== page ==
The zine is inspired by Dialectical Behavioural Therapy, which is an amazing therapy for people with overwhelming emotions or Borderline Personality Disorder. The concept behind most of the zine is called radical acceptance. The goal of radical acceptance is to illuminate secondary suffering. Most of the time when we feel depressed, anxious, or any other negative emotion, we reject those feelings immediately. We want to feel happy and confident, like we think everyone else does. So then we get secondary suffering, which is feeling depressed about feeling depressed, or feeling angry about feeling angry. These are emotional traps that anyone can get stuck in.
My advice is: if anxiety, depression, substance abuse or whatever else is getting in the way of you having a job, a relationship, or place to live, go see a psychiatrist. Know that you probably have some chemical imbalance in your brain that is making your life harder than it has to be, and that there are ways to treat it. But beyond that, hating yourself for your actions or your emotions only makes things worse. Accepting things as they are doesn’t mean that whatever’s going on is good. It just means it’s happening, like it or not. It’s often the first step to getting help.
The song that ends the album, “When I Get Better,” explores hopes and dreams in the context of a relationship. You wrote a piece for The Mighty that unpacks not only how difficult mental illness is for the person who has it, but also the people around it. As you have indeed “gotten better,” how has that impacted the relationships in your life, and the role those relationships play in your recovery?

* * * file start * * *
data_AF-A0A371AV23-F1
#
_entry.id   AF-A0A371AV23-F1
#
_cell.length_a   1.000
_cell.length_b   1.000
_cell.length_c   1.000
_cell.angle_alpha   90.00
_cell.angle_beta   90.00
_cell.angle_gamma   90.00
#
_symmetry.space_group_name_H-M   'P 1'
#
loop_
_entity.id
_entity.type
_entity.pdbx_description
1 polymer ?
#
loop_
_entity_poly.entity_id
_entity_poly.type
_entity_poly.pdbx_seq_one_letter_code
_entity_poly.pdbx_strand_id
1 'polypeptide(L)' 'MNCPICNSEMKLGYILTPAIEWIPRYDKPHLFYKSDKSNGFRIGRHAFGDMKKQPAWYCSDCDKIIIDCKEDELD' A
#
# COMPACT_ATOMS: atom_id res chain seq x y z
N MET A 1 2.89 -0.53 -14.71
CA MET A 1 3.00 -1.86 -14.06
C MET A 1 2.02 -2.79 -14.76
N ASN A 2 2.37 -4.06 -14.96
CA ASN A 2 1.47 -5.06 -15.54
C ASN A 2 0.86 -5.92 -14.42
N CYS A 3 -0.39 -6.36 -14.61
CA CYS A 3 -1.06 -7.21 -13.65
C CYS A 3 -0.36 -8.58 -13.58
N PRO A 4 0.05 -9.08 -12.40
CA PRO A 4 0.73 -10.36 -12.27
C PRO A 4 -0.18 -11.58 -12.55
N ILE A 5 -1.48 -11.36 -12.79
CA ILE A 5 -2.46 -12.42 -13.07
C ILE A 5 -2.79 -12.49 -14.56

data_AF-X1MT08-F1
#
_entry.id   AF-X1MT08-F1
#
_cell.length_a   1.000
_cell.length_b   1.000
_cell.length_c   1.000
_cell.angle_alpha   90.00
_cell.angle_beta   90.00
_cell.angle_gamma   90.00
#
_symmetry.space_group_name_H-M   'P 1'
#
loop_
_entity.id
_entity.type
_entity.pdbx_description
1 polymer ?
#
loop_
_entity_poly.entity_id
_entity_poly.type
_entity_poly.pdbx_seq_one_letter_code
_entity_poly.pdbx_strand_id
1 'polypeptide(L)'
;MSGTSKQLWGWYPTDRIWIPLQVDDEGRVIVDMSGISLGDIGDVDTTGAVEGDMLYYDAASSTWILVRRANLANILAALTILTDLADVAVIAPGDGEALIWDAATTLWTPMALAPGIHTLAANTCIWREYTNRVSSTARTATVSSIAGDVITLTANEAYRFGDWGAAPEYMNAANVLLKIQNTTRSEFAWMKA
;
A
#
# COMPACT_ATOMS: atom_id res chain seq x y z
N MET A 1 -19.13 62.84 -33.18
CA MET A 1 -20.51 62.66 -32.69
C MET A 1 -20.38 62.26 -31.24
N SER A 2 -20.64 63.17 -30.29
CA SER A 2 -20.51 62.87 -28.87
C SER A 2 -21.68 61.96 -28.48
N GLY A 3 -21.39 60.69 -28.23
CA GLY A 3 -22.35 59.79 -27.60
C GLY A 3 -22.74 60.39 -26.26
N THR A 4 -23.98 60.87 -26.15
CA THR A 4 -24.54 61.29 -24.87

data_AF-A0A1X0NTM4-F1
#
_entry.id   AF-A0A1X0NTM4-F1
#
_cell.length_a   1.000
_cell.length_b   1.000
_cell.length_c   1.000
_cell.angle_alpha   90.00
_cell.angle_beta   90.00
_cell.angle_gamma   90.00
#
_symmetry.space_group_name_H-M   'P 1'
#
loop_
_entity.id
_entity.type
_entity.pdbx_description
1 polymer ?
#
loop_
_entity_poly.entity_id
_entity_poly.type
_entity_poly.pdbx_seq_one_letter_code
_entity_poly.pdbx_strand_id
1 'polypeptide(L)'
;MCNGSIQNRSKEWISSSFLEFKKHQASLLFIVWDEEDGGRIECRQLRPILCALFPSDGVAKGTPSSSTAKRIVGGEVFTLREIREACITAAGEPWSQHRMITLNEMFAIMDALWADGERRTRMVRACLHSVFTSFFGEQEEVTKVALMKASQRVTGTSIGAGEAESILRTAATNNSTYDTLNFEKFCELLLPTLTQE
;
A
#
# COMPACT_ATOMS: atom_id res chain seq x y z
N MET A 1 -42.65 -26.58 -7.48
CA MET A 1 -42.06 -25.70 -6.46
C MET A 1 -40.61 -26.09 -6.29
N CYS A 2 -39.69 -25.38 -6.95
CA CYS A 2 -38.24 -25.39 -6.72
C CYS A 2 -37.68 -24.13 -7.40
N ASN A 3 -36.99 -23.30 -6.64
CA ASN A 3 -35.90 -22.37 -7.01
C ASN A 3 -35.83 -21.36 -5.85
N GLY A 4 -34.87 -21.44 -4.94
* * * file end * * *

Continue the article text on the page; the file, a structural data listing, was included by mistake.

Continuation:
Other people (friends, psychiatrists, understanding employers) have been invaluable in my recovery. I always like to think of the saying there’s an I in illness and a We in wellness. It’s a cheesy but memorable way to say that no one can do it on their own. The people who left me during my darkest times have not come back now that I’m healthier, and the people who stayed have become closer friends. I don’t blame anyone for backing out of a friendship or relationship with someone who has bipolar disorder, because it’s very difficult, especially if that person hasn’t been diagnosed or isn’t getting help. But the people who stuck with me through the whole thing are now my closest friends. It takes a certain kind of person to call 911 because you think your friend is in danger, watch them scream as they are taken away in an ambulance, and then sit by their side in the ER.
The subject of the song “When I Get Better,” a boyfriend and former guitarist of my previous band, ended up leaving me for a year, only to come back and be my biggest support. When he came back, he had decided he was going to stay no matter what. He now reminds me to take my pills, to drink water, to eat three times a day. He is a big part of why I am feeling much more stable. I completely understand why he left. Dating a rapid cycling, suicidal, bipolar musician is not everyone’s cup of tea. But he came back, and that’s what matters.
Your journey so far has brought you to a place where you’re not only a musician but an advocate. How do you see your journey evolving from here?
I love working with Reach Out Psychosis and teaching high school students about psychosis here in B.C. I get to play music and talk about mental health, and it feels like the job was made for me. I hope to do more work with young adults who are just starting university (I’m a three time university drop-out), as well as educate teachers how to look for signs and deal with students who are struggling. Of course, my big dream would be to get to a point where I am well enough to tour as Sarah Jickling and Her Good Bad Luck. I love performing. For now, I’m playing a few shows here and there where I can. We will see what happens!